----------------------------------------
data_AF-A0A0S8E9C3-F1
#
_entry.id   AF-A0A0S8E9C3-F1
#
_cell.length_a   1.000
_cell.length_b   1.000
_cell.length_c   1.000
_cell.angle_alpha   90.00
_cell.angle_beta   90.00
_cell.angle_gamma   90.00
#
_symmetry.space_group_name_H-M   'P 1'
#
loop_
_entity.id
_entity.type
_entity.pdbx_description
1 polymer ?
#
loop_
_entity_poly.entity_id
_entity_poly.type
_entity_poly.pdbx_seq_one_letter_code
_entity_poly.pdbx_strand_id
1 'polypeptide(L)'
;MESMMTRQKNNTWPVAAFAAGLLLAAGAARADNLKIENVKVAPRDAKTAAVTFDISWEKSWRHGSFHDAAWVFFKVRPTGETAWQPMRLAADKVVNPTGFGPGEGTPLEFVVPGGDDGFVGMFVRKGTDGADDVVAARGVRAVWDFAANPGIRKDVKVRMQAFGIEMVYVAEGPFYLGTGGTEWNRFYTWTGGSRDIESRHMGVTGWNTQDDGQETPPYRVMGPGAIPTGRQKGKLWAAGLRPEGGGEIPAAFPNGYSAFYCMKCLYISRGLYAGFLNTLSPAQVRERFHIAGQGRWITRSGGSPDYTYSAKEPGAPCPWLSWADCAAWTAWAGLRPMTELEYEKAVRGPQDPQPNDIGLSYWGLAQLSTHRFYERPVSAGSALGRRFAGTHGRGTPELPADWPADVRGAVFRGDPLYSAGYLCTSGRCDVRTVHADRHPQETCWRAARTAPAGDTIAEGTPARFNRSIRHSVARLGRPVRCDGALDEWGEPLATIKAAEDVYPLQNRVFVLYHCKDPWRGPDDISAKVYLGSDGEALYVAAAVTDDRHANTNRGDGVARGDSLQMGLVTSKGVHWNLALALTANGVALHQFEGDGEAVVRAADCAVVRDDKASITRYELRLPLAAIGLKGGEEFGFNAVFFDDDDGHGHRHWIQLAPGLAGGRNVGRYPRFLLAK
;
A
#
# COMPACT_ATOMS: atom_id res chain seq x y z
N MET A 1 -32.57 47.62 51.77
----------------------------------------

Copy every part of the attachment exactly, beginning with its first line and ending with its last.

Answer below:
data_AF-A0A0S8E9C3-F1
#
_entry.id   AF-A0A0S8E9C3-F1
#
_cell.length_a   1.000
_cell.length_b   1.000
_cell.length_c   1.000
_cell.angle_alpha   90.00
_cell.angle_beta   90.00
_cell.angle_gamma   90.00
#
_symmetry.space_group_name_H-M   'P 1'
#
loop_
_entity.id
_entity.type
_entity.pdbx_description
1 polymer ?
#
loop_
_entity_poly.entity_id
_entity_poly.type
_entity_poly.pdbx_seq_one_letter_code
_entity_poly.pdbx_strand_id
1 'polypeptide(L)'
;MESMMTRQKNNTWPVAAFAAGLLLAAGAARADNLKIENVKVAPRDAKTAAVTFDISWEKSWRHGSFHDAAWVFFKVRPTGETAWQPMRLAADKVVNPTGFGPGEGTPLEFVVPGGDDGFVGMFVRKGTDGADDVVAARGVRAVWDFAANPGIRKDVKVRMQAFGIEMVYVAEGPFYLGTGGTEWNRFYTWTGGSRDIESRHMGVTGWNTQDDGQETPPYRVMGPGAIPTGRQKGKLWAAGLRPEGGGEIPAAFPNGYSAFYCMKCLYISRGLYAGFLNTLSPAQVRERFHIAGQGRWITRSGGSPDYTYSAKEPGAPCPWLSWADCAAWTAWAGLRPMTELEYEKAVRGPQDPQPNDIGLSYWGLAQLSTHRFYERPVSAGSALGRRFAGTHGRGTPELPADWPADVRGAVFRGDPLYSAGYLCTSGRCDVRTVHADRHPQETCWRAARTAPAGDTIAEGTPARFNRSIRHSVARLGRPVRCDGALDEWGEPLATIKAAEDVYPLQNRVFVLYHCKDPWRGPDDISAKVYLGSDGEALYVAAAVTDDRHANTNRGDGVARGDSLQMGLVTSKGVHWNLALALTANGVALHQFEGDGEAVVRAADCAVVRDDKASITRYELRLPLAAIGLKGGEEFGFNAVFFDDDDGHGHRHWIQLAPGLAGGRNVGRYPRFLLAK
;
A
#
# COMPACT_ATOMS: atom_id res chain seq x y z
N MET A 1 -32.57 47.62 51.77